|Figure 2: Representative micrographs of hematoxylin-eosin-stained rat spinal cord tissue sections.|
(A) Control group: showing central gray matter (G) and peripheral white matter (W). The white matter contained nerve fibers (F) and neuroglia cells (arrow). The gray matter contained nerve fibers (F), nerve cells (N), and neuroglial cells (arrow). (B) In higher magnification of (A), gray matter shows apparently normal neurons with central nuclei (n) and Nissl's granules (I) in their cytoplasm and neuroglial cells (arrow). (C) Spinal cord injury (SCI) group: showing areas of complete destruction of nerve cells with marked vacuolation (DN), congested dilated blood vessels (V) and excess neuroglial cells (arrow). Few apparently normal neurons (N) with wide perineural space (P) and some dark disfigured neurons (SN) are observed. (D) Methylprednisolone (MP) group: showing few areas of complete destructed neurons (DN), some neurons appear normal (N) and others appear disfigured (SN) with wide perineural space (P). Blood vessels appear slightly dilated and congested (V). There are multiple neuroglial cells (arrow) and thick nerve fibers (F) in gray and white matters. (E) Vitamin C (VC) group: showing few apparently normal neurons (N), many disfigured neurons (SN) with wide perineural space (P). Blood vessels appear dilated and congested (V). There are multiple neuroglial cells (arrow). (F) MP + VC group: showing some apparently normal neurons (N) and other disfigured (SN) neurons with slightly wide perineural space (P). Blood vessels (V) appeared slightly congested. There were multiple neuroglial cells (arrow). (G) Bone marrow mesenchymal stem cells (BMMSCs) group: showing apparently normal neurons (N) with central nuclei and Nissl's granules (I) in their cytoplasm, many neuroglial cells (arrow) and small blood vessels (V). Few disfigured neurons and wide perineural space (P) are observed. (H) BMMSCs + VC group: showing apparently normal neurons with central nuclei (n), and multiple Nissl's granules (I) in their cytoplasm, many neuroglial cells (arrow) and small blood vessels (V). Original magnification, A: 200×; B–H: 400×.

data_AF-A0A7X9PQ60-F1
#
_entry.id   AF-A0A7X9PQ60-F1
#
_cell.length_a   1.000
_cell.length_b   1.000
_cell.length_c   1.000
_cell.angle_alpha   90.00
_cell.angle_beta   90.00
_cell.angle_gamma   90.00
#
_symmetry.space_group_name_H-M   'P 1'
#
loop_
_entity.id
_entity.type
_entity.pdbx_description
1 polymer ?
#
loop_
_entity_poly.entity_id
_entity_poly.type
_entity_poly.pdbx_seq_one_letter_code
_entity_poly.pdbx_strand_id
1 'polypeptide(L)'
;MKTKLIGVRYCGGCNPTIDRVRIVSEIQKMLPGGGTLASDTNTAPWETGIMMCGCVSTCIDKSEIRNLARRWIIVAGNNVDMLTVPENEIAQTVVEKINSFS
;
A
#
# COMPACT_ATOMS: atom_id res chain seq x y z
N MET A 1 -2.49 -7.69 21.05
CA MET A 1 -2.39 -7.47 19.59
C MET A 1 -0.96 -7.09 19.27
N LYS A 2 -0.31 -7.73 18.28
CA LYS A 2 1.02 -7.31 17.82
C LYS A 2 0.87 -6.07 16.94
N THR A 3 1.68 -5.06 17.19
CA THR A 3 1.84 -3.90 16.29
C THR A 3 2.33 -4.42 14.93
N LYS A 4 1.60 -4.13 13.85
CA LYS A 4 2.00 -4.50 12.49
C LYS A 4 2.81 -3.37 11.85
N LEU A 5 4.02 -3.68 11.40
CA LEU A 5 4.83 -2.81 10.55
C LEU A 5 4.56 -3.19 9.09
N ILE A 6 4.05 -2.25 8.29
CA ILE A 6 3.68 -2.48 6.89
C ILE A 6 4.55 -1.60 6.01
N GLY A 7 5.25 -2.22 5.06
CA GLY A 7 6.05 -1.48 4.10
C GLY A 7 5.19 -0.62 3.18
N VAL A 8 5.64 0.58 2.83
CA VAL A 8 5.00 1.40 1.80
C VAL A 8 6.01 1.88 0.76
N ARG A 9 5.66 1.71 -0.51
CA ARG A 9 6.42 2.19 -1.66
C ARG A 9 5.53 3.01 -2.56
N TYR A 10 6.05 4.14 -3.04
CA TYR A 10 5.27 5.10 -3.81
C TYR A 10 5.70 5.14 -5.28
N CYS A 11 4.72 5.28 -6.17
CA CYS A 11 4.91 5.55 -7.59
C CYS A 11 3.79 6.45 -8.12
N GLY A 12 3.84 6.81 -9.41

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Nestin, a class VI intermediate filament protein is expressed in adult neural progenitor cells (NPCs). Nestin-immunoreactive cells showed brown cytoplasmic staining. Control, SCI, and MP groups showed negative nestin expression [Figure 3]A, [Figure 3]B, [Figure 3]C. VC and MP + VC groups showed minimal nestin-immunoreactive expression [Figure 3]D, [Figure 3]E. BMMSCs and BMMSCs + VC groups showed marked nestin-immunoreactive expression [Figure 3]F, [Figure 3]G.
|Figure 3: Nestin immunoreactivity in spinal cord tissue section.|
(A–G) Immunohistochemical staining for nestin (original magnification, 400×). No nestin immunoreactivity was observed in the control (A), SCI (B), and MP (C) groups. Weak nestin immunoreactivity (arrows) was observed in the VC (D) and MP + VC groups (E). Obvious nestin immunoreactivity was observed in the BMMSCs (F) and BMMSCs + VC groups (G). (H) Quantification of nestin immunoreactivity. All data are expressed as the mean ± SD. SCI: Spinal cord injury; MP: methylprednisolone; VC: vitamin C; BMMSCs: bone marrow mesenchymal stem cells.
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Neurofilament 200 (NF200) immunoreactivity
NF200 was expressed in somal and axonal membranes as brown staining particles. Control group showed apparent NF200 immunoreactivity [Figure 4]A. SCI group showed marked depletion in NF immunoreactivity [Figure 4]B. MP, VC, and MP + VC groups showed increased NF immunoreactivity compared with SCI group [Figure 4]C, [Figure 4]D, [Figure 4]E. NF200 immunoreactivity was obviously increased in the BMMSCs and BMMSCs + VC groups than in the SCI group [Figure 4]F, [Figure 4]G.
|Figure 4: Neurofilament 200 (NF200) immunoreactivity in spinal cord tissue section.|
(A–G) Immunohistochemical staining for NF200 (original magnification, 400×). Strong NF200 immunoreactivity (arrow) was observed in the control (A), BMMSCs (F), BMMSCs + VC (G) groups. Moderate NF200 immunoreactivity (arrows) was observed in the SCI (B), MP (C), VC (D), and MP + VC (E) groups. (H) Quantification of NF200 immunoreactivity. All data are expressed as the mean ± SD. SCI: Spinal cord injury; MP: methylprednisolone; VC: vitamin C; BMMSCs: bone marrow mesenchymal stem cells.
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Nestin and NF200 immunoreactivity in all groups is shown in [Table 3] and [Figure 3]H, [Figure 4]H. NF200 immunoreactivity in the VC, MP + VC, BMMSCs, and BMMSCs + VC groups was significantly higher than that in the SCI group (P < 0.01).
|Table 3: Nestin- and neurofilament 200 (NF200)-immunoreactive area (%) in the spinal cord of rats|
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Quantitative gene expression
Gene expression of TGF-β (pro-fibrotic and inflammatory marker), TNF-α (inflammatory marker) and MMP-2 (fibrosis marker) in all groups is shown in [Table 4]. The expression levels of TGF-β, TNF-α and MMP-2 gene were not significantly decreased in the MP, VC, and MP + VC groups than in the SCI group. However, the expression level of these three genes was significantly decreased in the BMMSCs, and BMMSCs + VC groups (P < 0.01).